Palace of Fontainebleau, Fontainebleau
Palace of Fontainebleau is one of the largest and most impressive in France and, having been a royal residence from the 16th century to the 19th century, so much of the country’s history has unfolded within this palace’s walls.
Inside, the lives of France’s great kings, including Francois I who built the palace, and the infamous Napoleon I, are still very much evident; the royal apartments are teeming with their opulent furnishings and impressive artworks. In the palace’s other wings, you will find Marie Antoinette’s chamber and a Chinese museum, but the 130-hectare garden is perhaps the most impressive part of all.
Château de Chambord, Chambord
Although Château de Chambord was built as a hunting lodge for King Francois I, it is still one of the most ornate and flamboyant castles in France, perhaps because one of the greatest minds in the Renaissance period, Leonardo da Vinci, influenced the design.
What’s more, the châteaux enclosed park is the largest park in Europe, and its permanent art collection is 4,500 pieces strong. In the centre of the château is a unique double-helix shaped staircase which leads from the ground floor to the roof terraces where windows, chimneys and bell towers rise from the roof domes like sculptured stalagmites.
Château des Milandes, Castelnaud-la-Chapelle
While Château des Milandes, in the charming Dordogne region, is much more modest than most French Renaissance castles, it is certainly one of the most enchanting with its soft limestone exterior and orange-tiled pitched roof.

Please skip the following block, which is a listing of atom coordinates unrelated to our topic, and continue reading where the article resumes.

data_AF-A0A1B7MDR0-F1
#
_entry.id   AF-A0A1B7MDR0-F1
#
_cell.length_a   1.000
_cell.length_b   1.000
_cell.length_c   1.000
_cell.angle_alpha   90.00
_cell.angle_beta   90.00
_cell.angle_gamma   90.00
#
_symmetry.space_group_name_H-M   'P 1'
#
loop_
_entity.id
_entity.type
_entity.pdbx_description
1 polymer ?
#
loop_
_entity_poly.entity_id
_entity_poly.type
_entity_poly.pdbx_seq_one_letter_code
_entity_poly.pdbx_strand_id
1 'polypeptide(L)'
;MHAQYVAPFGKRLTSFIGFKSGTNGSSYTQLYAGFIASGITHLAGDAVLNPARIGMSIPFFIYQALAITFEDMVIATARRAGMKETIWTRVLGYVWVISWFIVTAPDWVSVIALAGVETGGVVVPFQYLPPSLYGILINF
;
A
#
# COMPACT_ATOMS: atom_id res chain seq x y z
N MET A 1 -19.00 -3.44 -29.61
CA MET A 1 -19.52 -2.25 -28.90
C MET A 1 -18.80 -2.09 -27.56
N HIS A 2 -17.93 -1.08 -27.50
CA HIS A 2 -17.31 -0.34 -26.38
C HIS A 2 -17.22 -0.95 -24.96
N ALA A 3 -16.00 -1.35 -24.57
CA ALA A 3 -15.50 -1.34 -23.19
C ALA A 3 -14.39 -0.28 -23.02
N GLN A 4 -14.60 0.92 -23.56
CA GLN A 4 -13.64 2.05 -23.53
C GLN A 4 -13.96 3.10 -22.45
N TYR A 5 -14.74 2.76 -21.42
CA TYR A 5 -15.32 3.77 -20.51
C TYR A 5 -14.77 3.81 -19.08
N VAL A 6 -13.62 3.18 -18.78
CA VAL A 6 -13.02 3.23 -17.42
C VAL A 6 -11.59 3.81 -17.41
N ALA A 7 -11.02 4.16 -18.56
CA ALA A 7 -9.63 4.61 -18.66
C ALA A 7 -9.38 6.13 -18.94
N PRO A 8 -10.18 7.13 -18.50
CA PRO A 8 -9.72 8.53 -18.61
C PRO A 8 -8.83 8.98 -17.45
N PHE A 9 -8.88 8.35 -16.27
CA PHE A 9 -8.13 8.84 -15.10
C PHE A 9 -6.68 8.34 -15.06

It also has one of the most unique pasts, having been bought by Josephine Baker in 1947, an American performer who was highly celebrated and much beloved in France. Baker maintained the integrity of the building’s history where she lived with her husband and 12 adopted children, and today you can visit the chateau in its 1930’s art deco glory, and pay tribute to the superstar in the exhibition dedicated to her life.
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Château de Montrésor, Montrésor
Château de Montrésor is a fairly small, yet simply stunning French Renaissance castle overlooking the village of Montrésor, which is listed as one of the most beautiful in France. From the village, which is like a medieval time capsule with cute timbered cottages and no signs of modern life, you can see the whimsical turrets and gables of Château de Montrésor from behind the fortress walls as it soars gracefully toward the sky.
The château itself is tastefully decorated in a Second Empire aesthetic with intriguing treasures up to 1000 years old proudly displayed throughout.